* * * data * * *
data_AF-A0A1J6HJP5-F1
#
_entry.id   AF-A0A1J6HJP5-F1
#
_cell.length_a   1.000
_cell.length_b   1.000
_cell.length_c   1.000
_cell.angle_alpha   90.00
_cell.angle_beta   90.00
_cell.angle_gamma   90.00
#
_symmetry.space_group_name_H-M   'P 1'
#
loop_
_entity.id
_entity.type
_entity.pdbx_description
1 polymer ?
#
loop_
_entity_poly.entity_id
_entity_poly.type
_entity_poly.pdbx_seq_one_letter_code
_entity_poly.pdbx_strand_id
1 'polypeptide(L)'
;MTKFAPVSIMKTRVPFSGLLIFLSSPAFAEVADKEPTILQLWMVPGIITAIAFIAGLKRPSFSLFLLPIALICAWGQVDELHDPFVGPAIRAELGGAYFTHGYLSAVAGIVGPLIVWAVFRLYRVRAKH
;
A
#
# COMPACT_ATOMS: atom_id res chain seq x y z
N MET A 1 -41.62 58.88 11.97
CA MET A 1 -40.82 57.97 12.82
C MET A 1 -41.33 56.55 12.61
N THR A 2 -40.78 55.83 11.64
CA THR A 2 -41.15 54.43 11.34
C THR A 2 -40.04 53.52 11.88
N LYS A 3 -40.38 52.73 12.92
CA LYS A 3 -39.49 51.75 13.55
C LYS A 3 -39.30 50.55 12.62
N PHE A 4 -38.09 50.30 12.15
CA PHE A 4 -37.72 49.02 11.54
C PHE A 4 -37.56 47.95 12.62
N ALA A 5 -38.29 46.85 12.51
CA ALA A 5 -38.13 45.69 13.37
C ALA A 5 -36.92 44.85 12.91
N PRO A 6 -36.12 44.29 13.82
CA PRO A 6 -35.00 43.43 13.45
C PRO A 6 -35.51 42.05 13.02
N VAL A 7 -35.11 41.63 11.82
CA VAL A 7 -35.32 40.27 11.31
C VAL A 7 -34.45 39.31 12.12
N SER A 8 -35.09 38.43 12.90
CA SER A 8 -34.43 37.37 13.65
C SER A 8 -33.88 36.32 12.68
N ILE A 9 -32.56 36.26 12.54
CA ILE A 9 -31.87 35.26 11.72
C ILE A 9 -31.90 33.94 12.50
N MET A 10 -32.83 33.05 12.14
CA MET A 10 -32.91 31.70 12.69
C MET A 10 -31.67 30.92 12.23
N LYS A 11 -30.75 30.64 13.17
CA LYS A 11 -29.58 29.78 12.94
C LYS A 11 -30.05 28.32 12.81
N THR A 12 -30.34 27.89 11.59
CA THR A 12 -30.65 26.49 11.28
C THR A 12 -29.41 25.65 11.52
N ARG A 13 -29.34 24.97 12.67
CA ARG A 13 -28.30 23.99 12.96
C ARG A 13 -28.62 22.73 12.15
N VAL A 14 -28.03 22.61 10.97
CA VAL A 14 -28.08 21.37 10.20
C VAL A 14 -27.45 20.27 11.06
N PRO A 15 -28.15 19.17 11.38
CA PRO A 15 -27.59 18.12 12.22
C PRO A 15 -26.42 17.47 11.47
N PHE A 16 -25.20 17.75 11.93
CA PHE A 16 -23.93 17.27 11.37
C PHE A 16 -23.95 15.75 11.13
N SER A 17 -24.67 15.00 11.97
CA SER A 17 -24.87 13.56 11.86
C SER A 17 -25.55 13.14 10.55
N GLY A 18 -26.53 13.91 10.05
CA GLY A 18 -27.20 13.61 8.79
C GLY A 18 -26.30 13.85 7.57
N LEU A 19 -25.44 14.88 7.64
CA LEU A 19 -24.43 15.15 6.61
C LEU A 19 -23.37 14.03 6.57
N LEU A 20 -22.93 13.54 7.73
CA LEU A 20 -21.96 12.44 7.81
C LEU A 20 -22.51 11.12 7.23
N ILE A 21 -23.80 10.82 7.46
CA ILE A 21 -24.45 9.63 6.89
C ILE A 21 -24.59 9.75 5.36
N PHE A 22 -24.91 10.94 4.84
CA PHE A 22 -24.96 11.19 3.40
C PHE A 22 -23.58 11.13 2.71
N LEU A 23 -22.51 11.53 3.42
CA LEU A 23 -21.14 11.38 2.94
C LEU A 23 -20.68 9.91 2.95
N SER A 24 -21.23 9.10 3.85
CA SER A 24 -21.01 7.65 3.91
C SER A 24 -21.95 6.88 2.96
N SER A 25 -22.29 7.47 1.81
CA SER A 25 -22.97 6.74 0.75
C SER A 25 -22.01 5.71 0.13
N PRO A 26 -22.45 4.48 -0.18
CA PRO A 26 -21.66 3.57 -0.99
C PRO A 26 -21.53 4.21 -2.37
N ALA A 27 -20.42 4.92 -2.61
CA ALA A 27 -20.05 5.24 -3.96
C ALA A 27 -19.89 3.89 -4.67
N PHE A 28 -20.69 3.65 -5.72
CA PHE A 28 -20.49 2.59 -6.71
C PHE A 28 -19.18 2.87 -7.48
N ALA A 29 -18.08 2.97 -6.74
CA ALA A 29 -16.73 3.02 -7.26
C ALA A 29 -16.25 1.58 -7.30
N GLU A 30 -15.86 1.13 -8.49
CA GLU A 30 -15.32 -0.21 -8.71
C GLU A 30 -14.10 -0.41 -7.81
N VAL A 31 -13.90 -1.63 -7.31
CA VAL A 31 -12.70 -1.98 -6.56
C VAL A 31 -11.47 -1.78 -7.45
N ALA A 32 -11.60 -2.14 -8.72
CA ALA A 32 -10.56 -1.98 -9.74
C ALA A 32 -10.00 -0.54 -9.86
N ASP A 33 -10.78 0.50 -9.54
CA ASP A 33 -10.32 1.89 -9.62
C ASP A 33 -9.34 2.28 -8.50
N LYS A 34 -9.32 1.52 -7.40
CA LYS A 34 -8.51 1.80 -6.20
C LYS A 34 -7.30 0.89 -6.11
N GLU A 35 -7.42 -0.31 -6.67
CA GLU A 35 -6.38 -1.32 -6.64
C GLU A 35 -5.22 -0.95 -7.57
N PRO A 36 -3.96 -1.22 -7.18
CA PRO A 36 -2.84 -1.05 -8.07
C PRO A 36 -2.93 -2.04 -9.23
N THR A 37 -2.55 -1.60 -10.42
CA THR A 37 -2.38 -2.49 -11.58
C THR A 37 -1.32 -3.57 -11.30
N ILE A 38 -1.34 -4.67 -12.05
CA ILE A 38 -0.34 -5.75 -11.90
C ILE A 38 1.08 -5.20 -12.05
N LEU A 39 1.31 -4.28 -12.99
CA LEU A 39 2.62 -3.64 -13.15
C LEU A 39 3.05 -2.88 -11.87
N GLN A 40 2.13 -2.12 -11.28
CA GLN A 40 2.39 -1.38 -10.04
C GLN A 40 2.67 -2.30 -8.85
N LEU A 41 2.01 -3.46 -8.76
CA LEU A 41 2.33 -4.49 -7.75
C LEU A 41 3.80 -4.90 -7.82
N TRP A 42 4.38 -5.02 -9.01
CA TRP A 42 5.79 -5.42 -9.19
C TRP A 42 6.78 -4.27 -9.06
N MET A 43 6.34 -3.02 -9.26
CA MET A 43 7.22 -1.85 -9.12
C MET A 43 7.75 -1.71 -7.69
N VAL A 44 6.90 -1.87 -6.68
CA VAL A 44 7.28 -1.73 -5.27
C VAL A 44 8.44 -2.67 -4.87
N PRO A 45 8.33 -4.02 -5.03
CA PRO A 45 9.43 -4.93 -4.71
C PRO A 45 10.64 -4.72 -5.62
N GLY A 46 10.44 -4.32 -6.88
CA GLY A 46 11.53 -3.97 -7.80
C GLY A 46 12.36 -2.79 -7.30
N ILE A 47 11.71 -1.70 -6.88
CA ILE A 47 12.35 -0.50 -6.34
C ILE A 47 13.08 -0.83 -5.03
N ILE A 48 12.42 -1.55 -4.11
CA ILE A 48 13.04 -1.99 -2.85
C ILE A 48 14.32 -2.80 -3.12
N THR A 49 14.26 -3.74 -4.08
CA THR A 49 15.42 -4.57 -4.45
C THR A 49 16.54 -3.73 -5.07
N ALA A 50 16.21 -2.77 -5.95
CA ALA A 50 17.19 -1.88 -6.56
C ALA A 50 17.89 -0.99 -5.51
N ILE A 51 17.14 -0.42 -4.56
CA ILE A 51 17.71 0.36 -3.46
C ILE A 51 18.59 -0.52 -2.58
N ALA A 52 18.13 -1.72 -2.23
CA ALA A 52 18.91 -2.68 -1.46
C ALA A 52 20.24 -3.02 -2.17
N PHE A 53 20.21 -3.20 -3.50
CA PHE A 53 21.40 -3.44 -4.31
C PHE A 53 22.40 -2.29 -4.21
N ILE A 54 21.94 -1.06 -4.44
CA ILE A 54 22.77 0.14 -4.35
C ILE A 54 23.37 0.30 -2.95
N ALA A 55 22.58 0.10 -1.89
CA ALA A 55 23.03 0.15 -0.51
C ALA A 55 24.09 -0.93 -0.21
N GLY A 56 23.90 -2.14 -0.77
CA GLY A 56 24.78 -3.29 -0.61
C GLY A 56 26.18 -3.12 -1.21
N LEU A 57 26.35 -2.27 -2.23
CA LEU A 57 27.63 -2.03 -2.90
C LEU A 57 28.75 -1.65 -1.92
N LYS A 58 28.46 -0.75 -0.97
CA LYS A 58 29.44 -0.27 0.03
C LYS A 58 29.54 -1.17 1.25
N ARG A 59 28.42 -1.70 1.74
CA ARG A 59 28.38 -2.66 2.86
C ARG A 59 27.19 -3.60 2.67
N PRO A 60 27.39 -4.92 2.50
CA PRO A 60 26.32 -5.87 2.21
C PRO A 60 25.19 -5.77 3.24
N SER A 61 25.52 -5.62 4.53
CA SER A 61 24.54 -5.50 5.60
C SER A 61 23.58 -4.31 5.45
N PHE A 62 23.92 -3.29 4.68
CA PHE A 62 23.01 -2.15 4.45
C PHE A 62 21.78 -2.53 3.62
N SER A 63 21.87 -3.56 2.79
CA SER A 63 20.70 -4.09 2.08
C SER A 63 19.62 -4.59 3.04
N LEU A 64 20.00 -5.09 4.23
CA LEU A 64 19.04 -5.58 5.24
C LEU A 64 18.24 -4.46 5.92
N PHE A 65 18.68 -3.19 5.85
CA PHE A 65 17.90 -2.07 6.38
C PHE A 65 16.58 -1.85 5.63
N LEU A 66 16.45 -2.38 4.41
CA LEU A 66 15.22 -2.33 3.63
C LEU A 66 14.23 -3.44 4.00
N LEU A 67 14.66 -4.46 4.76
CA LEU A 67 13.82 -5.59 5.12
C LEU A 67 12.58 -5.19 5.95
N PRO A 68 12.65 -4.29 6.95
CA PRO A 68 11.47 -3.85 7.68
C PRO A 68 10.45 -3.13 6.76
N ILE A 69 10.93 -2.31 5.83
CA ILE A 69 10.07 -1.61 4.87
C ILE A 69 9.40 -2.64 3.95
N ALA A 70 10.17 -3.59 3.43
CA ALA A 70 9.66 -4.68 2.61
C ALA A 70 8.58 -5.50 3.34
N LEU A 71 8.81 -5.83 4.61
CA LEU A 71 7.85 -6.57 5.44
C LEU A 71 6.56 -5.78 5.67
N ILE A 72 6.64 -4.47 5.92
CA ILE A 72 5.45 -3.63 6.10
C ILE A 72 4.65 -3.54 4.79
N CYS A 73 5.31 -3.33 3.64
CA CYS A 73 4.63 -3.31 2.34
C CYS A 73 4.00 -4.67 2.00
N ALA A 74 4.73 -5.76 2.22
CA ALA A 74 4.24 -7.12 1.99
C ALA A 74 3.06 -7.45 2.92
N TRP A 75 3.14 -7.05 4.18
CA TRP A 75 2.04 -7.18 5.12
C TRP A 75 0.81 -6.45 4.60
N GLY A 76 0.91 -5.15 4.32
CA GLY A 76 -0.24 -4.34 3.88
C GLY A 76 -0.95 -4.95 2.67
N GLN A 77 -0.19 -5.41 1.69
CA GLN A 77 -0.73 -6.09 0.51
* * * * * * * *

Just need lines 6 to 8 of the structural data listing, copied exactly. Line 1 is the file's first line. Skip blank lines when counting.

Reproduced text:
_cell.length_b   1.000
_cell.length_c   1.000
_cell.angle_alpha   90.00